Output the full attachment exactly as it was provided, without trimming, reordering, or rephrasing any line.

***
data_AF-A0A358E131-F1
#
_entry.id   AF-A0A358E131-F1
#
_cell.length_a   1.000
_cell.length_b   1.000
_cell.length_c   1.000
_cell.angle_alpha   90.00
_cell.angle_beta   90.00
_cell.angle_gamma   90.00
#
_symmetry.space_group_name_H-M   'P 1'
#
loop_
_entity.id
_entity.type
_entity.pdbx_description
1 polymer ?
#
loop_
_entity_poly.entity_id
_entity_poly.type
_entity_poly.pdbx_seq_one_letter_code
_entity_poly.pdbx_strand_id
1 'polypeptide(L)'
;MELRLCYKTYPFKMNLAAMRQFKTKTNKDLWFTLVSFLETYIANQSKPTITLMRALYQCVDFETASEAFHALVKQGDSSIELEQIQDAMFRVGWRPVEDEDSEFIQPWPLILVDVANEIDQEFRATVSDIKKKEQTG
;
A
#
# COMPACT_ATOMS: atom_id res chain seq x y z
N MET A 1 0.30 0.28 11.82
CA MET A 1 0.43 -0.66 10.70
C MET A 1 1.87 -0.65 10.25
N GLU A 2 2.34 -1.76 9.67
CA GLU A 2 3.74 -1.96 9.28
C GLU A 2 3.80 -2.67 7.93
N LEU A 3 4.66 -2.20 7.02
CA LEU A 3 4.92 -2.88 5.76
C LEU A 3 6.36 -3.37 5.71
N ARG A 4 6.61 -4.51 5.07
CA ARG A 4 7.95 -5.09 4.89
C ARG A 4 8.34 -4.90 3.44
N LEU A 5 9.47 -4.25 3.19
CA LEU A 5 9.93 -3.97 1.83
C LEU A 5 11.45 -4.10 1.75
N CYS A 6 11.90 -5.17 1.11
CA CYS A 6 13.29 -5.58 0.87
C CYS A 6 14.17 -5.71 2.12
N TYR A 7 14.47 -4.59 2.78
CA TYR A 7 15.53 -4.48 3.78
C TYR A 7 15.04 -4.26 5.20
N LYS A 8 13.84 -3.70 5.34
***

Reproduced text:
data_AF-A0A358E131-F1
#
_entry.id   AF-A0A358E131-F1
#
_cell.length_a   1.000
_cell.length_b   1.000
_cell.length_c   1.000
_cell.angle_alpha   90.00
_cell.angle_beta   90.00
_cell.angle_gamma   90.00
#
_symmetry.space_group_name_H-M   'P 1'
#
loop_
_entity.id
_entity.type
_entity.pdbx_description
1 polymer ?
#
loop_
_entity_poly.entity_id
_entity_poly.type
_entity_poly.pdbx_seq_one_letter_code
_entity_poly.pdbx_strand_id
1 'polypeptide(L)'
;MELRLCYKTYPFKMNLAAMRQFKTKTNKDLWFTLVSFLETYIANQSKPTITLMRALYQCVDFETASEAFHALVKQGDSSIELEQIQDAMFRVGWRPVEDEDSEFIQPWPLILVDVANEIDQEFRATVSDIKKKEQTG
;
A
#
# COMPACT_ATOMS: atom_id res chain seq x y z
N MET A 1 0.30 0.28 11.82
CA MET A 1 0.43 -0.66 10.70
C MET A 1 1.87 -0.65 10.25
N GLU A 2 2.34 -1.76 9.67
CA GLU A 2 3.74 -1.96 9.28
C GLU A 2 3.80 -2.67 7.93
N LEU A 3 4.66 -2.20 7.02
CA LEU A 3 4.92 -2.88 5.76
C LEU A 3 6.36 -3.37 5.71
N ARG A 4 6.61 -4.51 5.07
CA ARG A 4 7.95 -5.09 4.89
C ARG A 4 8.34 -4.90 3.44
N LEU A 5 9.47 -4.25 3.19
CA LEU A 5 9.93 -3.97 1.83
C LEU A 5 11.45 -4.10 1.75
N CYS A 6 11.90 -5.17 1.11
CA CYS A 6 13.29 -5.58 0.87
C CYS A 6 14.17 -5.71 2.12
N TYR A 7 14.47 -4.59 2.78
CA TYR A 7 15.53 -4.48 3.78
C TYR A 7 15.04 -4.26 5.20
N LYS A 8 13.84 -3.70 5.34